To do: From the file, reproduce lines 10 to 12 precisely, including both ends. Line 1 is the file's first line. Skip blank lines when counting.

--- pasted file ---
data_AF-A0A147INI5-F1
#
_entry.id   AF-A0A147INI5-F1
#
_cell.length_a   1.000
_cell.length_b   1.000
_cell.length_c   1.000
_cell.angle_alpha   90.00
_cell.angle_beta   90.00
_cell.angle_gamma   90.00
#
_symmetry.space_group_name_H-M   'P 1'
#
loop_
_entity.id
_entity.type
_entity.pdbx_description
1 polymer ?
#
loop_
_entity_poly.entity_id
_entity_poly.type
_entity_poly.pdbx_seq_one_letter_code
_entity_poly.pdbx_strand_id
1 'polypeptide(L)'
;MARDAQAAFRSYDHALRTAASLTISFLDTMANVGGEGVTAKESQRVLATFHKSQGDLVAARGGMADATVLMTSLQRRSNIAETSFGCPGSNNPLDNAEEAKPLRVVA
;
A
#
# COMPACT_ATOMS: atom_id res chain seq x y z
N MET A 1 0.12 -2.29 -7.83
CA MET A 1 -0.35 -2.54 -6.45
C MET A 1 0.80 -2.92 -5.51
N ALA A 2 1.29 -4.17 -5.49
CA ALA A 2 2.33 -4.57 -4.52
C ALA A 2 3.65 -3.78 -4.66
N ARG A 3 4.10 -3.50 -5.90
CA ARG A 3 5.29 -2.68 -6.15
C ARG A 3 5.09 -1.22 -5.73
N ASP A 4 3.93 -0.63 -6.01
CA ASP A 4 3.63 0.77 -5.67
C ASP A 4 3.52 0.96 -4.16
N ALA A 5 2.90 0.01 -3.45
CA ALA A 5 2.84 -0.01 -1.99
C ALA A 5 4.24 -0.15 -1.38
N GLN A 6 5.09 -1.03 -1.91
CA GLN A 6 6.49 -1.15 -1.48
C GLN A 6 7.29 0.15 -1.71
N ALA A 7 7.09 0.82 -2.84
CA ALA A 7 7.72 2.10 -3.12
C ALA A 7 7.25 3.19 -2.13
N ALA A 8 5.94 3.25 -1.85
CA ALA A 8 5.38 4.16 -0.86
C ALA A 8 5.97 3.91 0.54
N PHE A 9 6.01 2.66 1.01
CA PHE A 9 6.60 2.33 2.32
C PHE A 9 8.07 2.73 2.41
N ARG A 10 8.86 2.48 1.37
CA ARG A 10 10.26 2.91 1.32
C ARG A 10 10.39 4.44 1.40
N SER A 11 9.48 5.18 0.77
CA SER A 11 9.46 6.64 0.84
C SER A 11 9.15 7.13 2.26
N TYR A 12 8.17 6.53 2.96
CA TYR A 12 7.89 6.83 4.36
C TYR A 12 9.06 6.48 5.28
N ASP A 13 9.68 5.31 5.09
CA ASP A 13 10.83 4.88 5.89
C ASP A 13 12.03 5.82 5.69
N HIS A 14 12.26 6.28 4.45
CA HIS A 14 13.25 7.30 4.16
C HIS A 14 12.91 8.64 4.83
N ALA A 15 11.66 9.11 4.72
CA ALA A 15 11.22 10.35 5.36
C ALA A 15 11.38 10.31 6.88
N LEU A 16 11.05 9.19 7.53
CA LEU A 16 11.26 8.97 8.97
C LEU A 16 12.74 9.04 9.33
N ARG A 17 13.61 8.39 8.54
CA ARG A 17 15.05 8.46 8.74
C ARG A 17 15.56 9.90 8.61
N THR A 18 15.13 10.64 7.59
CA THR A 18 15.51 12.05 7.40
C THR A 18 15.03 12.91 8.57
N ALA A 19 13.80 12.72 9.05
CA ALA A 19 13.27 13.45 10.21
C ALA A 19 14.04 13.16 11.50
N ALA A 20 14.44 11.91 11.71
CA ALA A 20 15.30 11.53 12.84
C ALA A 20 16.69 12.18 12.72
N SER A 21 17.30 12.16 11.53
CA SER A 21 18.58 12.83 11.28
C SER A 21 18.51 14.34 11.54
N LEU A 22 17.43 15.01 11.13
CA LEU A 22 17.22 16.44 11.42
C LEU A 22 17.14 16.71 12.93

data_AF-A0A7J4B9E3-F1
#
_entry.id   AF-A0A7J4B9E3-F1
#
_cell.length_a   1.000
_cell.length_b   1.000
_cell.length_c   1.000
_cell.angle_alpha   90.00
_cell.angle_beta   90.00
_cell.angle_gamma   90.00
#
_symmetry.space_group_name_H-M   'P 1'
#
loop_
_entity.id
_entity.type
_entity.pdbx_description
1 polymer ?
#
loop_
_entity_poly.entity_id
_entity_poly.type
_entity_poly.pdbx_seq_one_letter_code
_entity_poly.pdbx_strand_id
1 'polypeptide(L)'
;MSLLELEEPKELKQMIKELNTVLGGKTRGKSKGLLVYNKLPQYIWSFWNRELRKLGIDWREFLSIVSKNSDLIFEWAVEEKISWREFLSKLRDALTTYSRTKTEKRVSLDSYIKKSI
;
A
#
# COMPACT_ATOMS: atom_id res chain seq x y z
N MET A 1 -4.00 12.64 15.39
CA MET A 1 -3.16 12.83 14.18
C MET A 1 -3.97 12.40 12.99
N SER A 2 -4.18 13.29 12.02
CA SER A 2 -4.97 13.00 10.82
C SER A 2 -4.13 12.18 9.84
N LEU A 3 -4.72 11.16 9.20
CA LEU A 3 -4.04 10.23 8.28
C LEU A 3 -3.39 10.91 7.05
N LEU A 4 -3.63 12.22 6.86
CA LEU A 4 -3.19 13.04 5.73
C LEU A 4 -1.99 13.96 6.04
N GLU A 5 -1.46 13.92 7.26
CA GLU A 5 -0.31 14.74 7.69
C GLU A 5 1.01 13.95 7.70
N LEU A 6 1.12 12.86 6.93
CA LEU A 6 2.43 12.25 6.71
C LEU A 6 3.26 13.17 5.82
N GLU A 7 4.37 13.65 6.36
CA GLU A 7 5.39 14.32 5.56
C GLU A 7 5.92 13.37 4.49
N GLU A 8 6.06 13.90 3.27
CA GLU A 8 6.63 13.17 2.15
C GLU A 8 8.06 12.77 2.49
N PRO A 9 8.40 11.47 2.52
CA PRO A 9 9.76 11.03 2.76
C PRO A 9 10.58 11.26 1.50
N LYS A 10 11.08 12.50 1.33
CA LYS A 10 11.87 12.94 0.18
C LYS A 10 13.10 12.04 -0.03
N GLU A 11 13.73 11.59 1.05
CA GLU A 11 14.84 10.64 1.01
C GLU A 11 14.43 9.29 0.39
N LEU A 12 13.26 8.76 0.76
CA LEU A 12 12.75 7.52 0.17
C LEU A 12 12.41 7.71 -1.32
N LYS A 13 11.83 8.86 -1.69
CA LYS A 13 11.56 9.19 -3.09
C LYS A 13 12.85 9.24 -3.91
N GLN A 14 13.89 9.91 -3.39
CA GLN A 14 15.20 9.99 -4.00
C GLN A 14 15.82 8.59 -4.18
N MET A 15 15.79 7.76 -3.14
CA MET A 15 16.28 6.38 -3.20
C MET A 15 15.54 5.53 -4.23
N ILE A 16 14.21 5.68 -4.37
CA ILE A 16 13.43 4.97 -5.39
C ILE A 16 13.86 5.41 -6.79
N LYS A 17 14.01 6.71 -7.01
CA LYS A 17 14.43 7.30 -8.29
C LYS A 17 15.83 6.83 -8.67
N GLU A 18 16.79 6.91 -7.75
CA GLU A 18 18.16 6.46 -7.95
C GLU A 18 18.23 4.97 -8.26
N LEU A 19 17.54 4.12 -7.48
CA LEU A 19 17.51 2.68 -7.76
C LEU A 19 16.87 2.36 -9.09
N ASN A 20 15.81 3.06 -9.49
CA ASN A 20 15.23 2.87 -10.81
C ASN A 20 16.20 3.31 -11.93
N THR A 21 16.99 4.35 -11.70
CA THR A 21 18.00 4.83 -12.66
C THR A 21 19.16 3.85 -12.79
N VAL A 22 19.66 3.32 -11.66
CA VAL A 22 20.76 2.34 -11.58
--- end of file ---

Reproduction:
_cell.angle_gamma   90.00
#
_symmetry.space_group_name_H-M   'P 1'